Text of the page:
CBAs' terms," Shannon, 539 F.3d at 760, as there are "many

scenarios where CBAs may be implicated as part of a state or

federal cause of action, but preemption/preclusion of the claim

[would be] unnecessary," including situations "where reference to

the CBA is only necessary for computing damages," id. at 758.

If anything, the ripeness problem is even more acute

here. At this pre-enforcement stage, there is no particular claim

that has been identified at all. We thus cannot perform the

requisite claim-specific preemption analysis as to any claim that

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may be brought, as we have before us only hypothetical ESTL claims,

the details of which are not known.

To the extent that the employers contend that no details

about a particular ESTL claim need be known because all ESTL claims

are necessarily CBA-dependent, that contention is not supported by

facts alleged in the complaint. In so concluding, we may take as

true the questionable statement in the employers' complaint that

"[a]ny and all state law claims brought under the [ESTL] would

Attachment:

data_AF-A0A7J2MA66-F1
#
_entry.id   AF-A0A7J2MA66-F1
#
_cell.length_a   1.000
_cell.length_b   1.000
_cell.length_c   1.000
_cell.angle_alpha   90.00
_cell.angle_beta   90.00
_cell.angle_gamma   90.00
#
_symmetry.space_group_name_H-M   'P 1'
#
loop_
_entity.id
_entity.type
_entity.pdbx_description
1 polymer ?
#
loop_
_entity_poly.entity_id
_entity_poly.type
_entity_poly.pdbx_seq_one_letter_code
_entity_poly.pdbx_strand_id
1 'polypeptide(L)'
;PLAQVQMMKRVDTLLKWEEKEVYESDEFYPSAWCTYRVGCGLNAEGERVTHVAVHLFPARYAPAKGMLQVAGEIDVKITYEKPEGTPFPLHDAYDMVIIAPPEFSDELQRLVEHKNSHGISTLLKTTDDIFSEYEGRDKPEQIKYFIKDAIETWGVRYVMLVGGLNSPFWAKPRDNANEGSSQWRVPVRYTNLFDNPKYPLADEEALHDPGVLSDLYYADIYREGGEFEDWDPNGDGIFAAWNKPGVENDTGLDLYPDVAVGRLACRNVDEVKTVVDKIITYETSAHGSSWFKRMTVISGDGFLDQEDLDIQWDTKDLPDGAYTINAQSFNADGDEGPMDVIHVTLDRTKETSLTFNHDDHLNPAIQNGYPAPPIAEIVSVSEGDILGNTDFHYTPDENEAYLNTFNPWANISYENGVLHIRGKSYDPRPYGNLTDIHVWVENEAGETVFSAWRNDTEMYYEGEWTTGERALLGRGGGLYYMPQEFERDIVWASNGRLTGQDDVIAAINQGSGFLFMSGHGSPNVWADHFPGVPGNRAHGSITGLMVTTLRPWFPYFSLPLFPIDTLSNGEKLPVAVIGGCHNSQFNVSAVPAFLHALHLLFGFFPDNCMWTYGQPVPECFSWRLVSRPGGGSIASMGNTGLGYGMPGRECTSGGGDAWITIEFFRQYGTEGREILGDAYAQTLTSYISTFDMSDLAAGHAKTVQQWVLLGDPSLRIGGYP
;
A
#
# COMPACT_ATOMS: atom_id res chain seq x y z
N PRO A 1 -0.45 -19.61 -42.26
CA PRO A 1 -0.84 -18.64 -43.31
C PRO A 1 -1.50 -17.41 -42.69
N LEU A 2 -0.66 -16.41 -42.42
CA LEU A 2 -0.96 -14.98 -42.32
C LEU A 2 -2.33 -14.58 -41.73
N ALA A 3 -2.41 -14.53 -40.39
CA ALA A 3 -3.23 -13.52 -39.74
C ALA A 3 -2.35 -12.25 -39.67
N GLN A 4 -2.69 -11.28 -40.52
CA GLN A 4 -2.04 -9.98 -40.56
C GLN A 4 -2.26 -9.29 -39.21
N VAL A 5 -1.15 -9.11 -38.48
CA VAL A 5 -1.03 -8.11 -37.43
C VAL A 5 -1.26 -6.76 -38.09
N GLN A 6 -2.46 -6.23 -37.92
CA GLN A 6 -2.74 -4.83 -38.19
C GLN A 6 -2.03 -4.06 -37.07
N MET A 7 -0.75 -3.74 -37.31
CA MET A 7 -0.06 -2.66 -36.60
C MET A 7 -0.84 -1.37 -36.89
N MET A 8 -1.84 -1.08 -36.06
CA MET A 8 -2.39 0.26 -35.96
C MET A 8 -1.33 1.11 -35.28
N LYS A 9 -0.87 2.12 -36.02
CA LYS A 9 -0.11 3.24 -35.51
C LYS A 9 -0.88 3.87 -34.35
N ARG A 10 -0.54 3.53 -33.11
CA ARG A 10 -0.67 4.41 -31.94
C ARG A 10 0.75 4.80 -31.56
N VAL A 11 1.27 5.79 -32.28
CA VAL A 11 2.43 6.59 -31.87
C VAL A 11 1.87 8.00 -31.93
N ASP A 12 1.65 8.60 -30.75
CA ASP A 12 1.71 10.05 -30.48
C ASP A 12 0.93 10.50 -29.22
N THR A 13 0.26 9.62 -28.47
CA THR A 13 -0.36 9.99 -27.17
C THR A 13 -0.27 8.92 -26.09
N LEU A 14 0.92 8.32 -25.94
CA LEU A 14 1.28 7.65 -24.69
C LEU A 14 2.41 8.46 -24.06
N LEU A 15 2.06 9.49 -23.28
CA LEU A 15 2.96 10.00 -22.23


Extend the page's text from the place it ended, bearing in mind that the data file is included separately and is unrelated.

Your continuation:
require a determination of the 'hourly rate' of a worker covered

by a [CBA]." But, even if we accept that contention, we do

not accept the further assertion in the employers' complaint that

all claims brought under the ESTL that require a determination of

an employee's hourly rate thereby trigger Section 301 preemption.

That contention is one of law, not fact, see Iqbal, 556 U.S. at

679, and it is plainly not sustainable.

For example, as the District Court rightly explained,

ESTL enforcement actions may turn on issues concerning "liability"

under the ESTL that are entirely independent of any CBA terms that

may govern the hourly rate of pay for an employee, Livadas, 512

U.S. at 125, such as whether an employer retaliated against an

employee for bringing an ESTL claim or whether an employee took

leave for a permissible purpose under the law. See Healey, 2015

WL 4508646 , at *7. Because the "liability" portion of the claim

in such actions would be "governed by independent state law," there

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would be "no reason to hold the state-law claim defeated by § 301"

in such cases, even if the need arose to "'look to' the [CBA]" to

calculate an employee's hourly rate under the ESTL for the purpose

of calculating his "damages." Livadas, 512 U.S. at 125; see also

Lingle, 486 U.S. at 413 n.12 (even where "federal law would govern

the interpretation of [a CBA] to determine the proper damages, the

underlying state-law claim, not otherwise pre-empted, would


Similarly, we may accept as true the questionable

allegation in the employers' complaint that all claims to enforce